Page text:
An impact assessment study of the erstwhile Modernisation of the State Police Force Scheme conducted by Ernst & Young pertaining to the period from 2000-01- to 2008-09 points towards how the scheme failed to bridge the gap of mobility and infrastructure for Assam Police and explains its dependence on the army and the Central paramilitary forces over the past nearly 29 years of imposition of the AFSPA.
The report of the impact assessment study available on the Ministry of Home Affairs website reveals that the availability of vehicles per 100 policemen has decreased to 5.81 in 2008 from 11.81 in 1998. Similarly, the availability of staff quarters has declined from 29.65 per 100 policemen in 1998 to 13.64 in 2008 and the availability of police station decreased from 0.83 per 100 policemen to 0.42. Such decline was attributed to increasing in strength from 22,895 in 1998 to 61,975 personnel in 2008. The current sanctioned strength of Assam Police is about 65,000 but over 9,500 posts of different ranks are lying vacant for the past several years.
“The objective of the scheme is to gradually reduce the dependence of the State Governments on the Army and the Central Armed Police Forces to control internal security and law and order situations by equipping the State Police Forces adequately and strengthening their training infrastructure. The focus of the scheme is to strengthen police infrastructure at cutting edge level by construction of secure police stations, training centres, police housing (residential), equipping the police stations with the required mobility, modern weaponry, communication equipment and forensic set-up etc,” states the objectives of the erstwhile Modernisation of State Police Force Scheme of the Ministry of Home Affairs.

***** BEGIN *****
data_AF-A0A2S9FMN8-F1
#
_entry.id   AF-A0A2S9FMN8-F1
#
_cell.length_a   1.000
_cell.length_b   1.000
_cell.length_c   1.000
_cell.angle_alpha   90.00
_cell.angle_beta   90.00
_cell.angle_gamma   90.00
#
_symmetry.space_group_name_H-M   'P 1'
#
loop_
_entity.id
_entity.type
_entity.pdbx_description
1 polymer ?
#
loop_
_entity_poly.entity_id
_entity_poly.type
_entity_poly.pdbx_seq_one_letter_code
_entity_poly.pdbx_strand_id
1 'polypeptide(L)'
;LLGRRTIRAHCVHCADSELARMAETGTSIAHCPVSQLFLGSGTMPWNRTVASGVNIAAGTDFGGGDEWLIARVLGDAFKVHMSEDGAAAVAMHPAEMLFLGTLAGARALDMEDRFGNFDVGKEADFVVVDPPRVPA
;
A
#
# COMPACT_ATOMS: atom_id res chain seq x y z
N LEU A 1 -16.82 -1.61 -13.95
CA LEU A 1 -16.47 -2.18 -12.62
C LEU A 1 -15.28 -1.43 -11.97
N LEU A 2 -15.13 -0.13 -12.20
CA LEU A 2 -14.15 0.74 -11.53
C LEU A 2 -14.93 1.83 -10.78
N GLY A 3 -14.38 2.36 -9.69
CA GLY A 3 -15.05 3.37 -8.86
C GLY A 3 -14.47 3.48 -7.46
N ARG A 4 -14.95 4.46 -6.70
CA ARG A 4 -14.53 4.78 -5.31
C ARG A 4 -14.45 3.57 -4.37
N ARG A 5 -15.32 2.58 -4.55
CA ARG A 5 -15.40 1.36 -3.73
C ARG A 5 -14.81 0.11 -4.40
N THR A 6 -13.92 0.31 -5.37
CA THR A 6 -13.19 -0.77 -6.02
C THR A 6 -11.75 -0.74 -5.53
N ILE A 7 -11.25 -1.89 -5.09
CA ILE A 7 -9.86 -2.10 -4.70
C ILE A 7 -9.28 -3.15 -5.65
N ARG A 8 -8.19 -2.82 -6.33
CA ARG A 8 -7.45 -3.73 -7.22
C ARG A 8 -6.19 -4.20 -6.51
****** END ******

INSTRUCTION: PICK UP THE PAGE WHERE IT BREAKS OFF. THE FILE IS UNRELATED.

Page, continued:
Under the scheme, Assam falls in category A states comprising other states in North East and Jammu and Kashmir which are eligible to receive financial assistance on 90:10 Centre:State sharing basis. Remaining states are eligible for financial assistance on 60:40 Centre:State sharing basis.
The annual Central allocation for the scheme for the entire country stood reduced to Rs 595 crore in 2015-16 and in 2016-17 against Rs 1,341 crore in 2013-14 and Rs 1,397 crore in 2014-15. In 2017-18 the allocation was Rs 769 crore.
Besides, Assam received Rs 1,072.40 crore under reimbursement of Security Related Expenditure Scheme for various security-related expenditure including logistics provided to army, Central Armed Police Forces, raising of India Reserve Battalions, ex-gratia grant and gratuitous relief to the victims of extremist violence, honorarium paid to Village guards/Village Defence Committees, Home Guards deployed on security duty, 75 percent of expenditure in fuel and lubricants used in operations, ex-gratia of next of kin of police personnel killed in insurgent attack and expenditure incurred on maintenance of designated camps set up for insurgent groups with which the government has entered into Suspension of Operation agreement.
After a review of the SRE scheme for the North East, the amount earmarked under different heads has been revised with effect from 1 April, 2018. The maintenance expenses of designated camps for each cadre has been increased to Rs 6,000 from Rs 3,000, ex-gratia to next of kin of police personnel killed in insurgent violence has increased to Rs 20 lakh from Rs 3 lakh, and to next of kin of civilian killed to Rs 2 lakh from Rs 1 lakh and for permanent disability of police personnel the amount has been increased Rs 5 lakh from Rs 75,000.
Clearly, even after withdrawal of the AFSPA, the state will have to continue seeking the reimbursement of expenditure on logistics for deployment of Central Armed Police Forces till all the outfits currently active including the ULFA (I) joins the peace process and for footing the bill for maintenance of cadres of the outfits engaged in peace talks till accords are signed with them.
The author is Editor, nezine.com.
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Updated Date: May 19, 2019 12:56:06 IST